Wednesday, December 17, 2008
Saturday, November 29, 2008
Wednesday, November 26, 2008
Instead of painstakingly measuring and marking degrees with a protractor and compass before cutting, I did this: I used my nifty circle cutter to cut out a circle which I then sliced it into quarters (4x90 degree segments). Then I took a ruler and laid it corner to corner (the end points of the straight lines) on the quarter circle. I measured the distance between the points and mentally divided it by nine (9x10 degrees). You can also use a calculator for the division. I then marked off four equal two-ninth (20 degree) sections for the sides of the cone and left the remaining one ninth (10 degree) section for the glue flap. The process may sound complicated, but it's not. The moment you try it, you'll see how quick and easy it is.
Wednesday, November 19, 2008
Another thing I didn't see were cards for the money/store card gifts that are so popular with youngsters, so I've focused on making a bunch of those. Here are two examples. Each card has a pocket inside for the loot/card or for a photo or a letter, or whatever.
Tuesday, November 18, 2008
Monday, November 17, 2008
Alongside things I know will be useful and recognisable, I'm making items that won't be quite as familiar to people around here. This explosion box is one of them. I'm going to need to make some "whatever-is-that-for?" examples, so I'll visit the drugstore and print off the photos for those today.
This box is made from pre-printed photo card stock. I guess everyone and her dog has seen the templates plastered over the Web. All it takes is three squares, each a little smaller than the one before and another square for the lid. After that, all you do is trim up some coordinating card stock and embellish as desired.
Once you've made a couple of these, you can whip them up in no time.
Thursday, November 06, 2008
I sanded the metal, to give it some tooth, then glued on strips of Basic Gray "Dasher" paper. That done, I raided my ribbon stash and found a few lengths that coordinated nicely with the paper.
For the topper, I sandwiched together scalloped circles, using foam stickies for dimension, and decorated them with circles punched from the same paper used for the tins, then slapped on a snowflake sticker. Stickers are not really my thing, but (a) I'm using up my stash, and (b) these actually look great. I know they will appeal to potential buyers hereabouts.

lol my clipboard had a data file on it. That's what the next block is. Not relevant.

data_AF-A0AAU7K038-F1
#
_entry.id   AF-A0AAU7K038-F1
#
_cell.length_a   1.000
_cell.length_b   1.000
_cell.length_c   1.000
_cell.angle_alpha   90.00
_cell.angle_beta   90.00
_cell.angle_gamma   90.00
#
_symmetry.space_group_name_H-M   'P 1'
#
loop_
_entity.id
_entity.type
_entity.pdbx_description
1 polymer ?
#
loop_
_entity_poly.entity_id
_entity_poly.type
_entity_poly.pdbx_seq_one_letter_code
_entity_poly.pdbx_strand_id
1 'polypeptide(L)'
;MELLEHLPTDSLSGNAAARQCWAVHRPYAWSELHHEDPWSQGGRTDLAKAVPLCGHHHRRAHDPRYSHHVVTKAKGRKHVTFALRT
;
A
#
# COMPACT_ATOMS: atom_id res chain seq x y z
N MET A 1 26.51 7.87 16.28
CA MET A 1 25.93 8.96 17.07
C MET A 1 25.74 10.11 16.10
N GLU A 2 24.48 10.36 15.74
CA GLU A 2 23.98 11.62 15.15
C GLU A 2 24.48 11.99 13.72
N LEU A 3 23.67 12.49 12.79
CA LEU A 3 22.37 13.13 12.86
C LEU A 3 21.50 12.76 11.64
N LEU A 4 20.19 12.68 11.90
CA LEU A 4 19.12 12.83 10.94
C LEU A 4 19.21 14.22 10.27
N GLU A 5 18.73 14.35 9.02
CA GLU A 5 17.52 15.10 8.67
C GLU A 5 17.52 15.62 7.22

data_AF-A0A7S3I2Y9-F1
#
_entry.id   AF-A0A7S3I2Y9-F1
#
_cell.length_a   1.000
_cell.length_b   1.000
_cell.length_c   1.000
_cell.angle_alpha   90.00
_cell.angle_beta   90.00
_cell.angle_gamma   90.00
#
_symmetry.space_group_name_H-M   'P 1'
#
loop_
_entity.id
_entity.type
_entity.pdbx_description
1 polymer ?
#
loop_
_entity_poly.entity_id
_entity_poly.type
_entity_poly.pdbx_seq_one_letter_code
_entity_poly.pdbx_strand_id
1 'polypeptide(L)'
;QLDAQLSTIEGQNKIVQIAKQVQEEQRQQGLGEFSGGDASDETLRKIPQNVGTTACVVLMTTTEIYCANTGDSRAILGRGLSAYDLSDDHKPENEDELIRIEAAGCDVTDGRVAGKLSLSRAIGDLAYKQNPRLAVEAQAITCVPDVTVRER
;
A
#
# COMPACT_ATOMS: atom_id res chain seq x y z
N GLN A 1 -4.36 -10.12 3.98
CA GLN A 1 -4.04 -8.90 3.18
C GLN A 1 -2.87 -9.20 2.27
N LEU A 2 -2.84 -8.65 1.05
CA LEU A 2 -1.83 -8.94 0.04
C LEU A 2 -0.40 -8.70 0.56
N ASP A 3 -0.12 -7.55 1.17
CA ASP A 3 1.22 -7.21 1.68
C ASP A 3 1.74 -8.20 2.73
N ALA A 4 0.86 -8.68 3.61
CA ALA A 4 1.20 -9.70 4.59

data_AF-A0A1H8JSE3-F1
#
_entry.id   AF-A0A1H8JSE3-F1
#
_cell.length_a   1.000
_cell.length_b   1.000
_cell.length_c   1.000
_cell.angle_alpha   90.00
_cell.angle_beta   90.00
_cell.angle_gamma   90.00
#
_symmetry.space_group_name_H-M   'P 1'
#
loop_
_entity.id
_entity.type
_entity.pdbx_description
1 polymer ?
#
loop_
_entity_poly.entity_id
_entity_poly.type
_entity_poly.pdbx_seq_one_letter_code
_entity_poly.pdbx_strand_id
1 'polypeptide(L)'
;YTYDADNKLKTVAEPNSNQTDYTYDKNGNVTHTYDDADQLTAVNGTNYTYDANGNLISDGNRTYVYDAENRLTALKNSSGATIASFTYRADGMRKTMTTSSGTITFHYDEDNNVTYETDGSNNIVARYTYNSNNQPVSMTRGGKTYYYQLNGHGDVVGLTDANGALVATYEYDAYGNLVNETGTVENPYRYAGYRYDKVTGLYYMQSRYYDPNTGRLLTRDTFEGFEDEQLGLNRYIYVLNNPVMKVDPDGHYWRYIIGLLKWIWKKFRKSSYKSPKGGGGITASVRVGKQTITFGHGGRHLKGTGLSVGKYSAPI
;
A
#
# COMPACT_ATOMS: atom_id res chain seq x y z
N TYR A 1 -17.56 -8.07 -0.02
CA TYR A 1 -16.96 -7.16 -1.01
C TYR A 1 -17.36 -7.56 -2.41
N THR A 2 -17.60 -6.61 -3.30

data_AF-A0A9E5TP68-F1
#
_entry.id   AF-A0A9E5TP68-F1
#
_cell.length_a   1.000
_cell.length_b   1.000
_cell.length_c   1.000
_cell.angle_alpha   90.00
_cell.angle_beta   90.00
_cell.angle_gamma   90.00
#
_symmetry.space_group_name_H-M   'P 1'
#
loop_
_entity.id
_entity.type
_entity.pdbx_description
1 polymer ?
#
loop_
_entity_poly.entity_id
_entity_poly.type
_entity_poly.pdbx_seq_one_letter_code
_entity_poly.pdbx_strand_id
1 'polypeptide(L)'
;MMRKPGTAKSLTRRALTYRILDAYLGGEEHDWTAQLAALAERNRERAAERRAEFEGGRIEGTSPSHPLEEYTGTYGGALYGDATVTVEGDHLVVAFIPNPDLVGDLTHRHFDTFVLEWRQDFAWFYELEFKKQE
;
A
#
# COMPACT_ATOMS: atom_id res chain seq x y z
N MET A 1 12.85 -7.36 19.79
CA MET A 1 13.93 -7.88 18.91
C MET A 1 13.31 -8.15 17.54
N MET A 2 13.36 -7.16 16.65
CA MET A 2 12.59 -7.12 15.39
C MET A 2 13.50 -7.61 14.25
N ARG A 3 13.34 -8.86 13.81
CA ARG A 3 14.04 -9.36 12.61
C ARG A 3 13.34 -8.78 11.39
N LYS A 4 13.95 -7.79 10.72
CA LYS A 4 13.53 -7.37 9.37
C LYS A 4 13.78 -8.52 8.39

I painted three paper mache boxes crimson, added four little wooden half-bead feet to each box, and affixed Christmas style paper around the sides. For the lids, I pulled out my glue gun...
First I glued a large white felt snowflake (around 12 cm diameter) to the lid of each box. The snowflakes are cut from a felt table runner I picked up at a euro/dollar store. Next, I cut silk vine- and holly leaves from a garland and stuck them on. Then came the flowers. The poinsettias have a plastic "cup" under the blossom, which means they can't be stuck on flat, so I glued them on at an angle and covered the cup with beads and the like.
Monday, October 27, 2008
I should have liked to make one there, but after watching for a while, I could see that most of the people in the seats were either children or inexperienced crafters. I worked out that it would have taken more than an hour to get a seat.
I heard the demonstrator mention one of the measurements, and I purchased the template she was using. The rest, I figured, I could work out for myself.
At home, my efforts were not completely successful at first. Among other reasons, I wasn't enamoured of the template, which kept slipping and bending. So, I decided to sleep on it and try again this morning.
After a night's sleep, I had a couple of ideas about how best to approach the box. Instead of the template, I used a parabola ruler to mark the curved lines, and I replaced the craft mat with a foam place mat from Ikea.
This is the outcome. The process is easy enough, though it does require some measurement and careful cutting. I'll try to make time to do and upload a step-by-step photo tutorial later this week.
Wednesday, October 22, 2008
The outcome was stunning. Everyone who sees them wants some!
All you need are maple leaves and florist's wire.
Here's the tutorial:
Sunday, October 19, 2008
The booklets are intended as Xmas list journals and/or cards/journals with enough space for a few photos and some journaling, perhaps as an "extended" Xmas card. They could easily make a welcome and more creative alternative to the traditional Xmas letter!
The cover paper is mainly Basic Gray. The embellishments are whatever I had in my scraps box. Instead of standard 80g (printer/writing) paper, I used 160g artist paper for the journal block. That gives the pages an elegant and "serious" look and a decent weight, especially if the user does decide to start drawing or glueing in it.
Friday, October 17, 2008
Thursday, October 16, 2008
I painted the boxes and knobs in various metallic colors: some are bronze, others copper, and the remainder pale gold. The drawer pulls were a flea market find. These were the nail-on kind, but the remainder are screw-ons for which I need suitable, as in shorter than usual, screws, as mentioned above. What you can't easily see is that each box has three little wooden feet.
The belly band is paper garland I found in the craft store a year or so back. Then, of course, the obligatory ribbons. The acrylic half-beads came from the home decorating section of the local department store. They come in a range of colors. These are very small, around 3mm in diameter. I'd hoped to find larger ones, too, maybe 7-10 mm, but no luck so far. The positive side to it is that I've perfected my tweezer skills of late! Yep, each bead has to be individually affixed to whatever.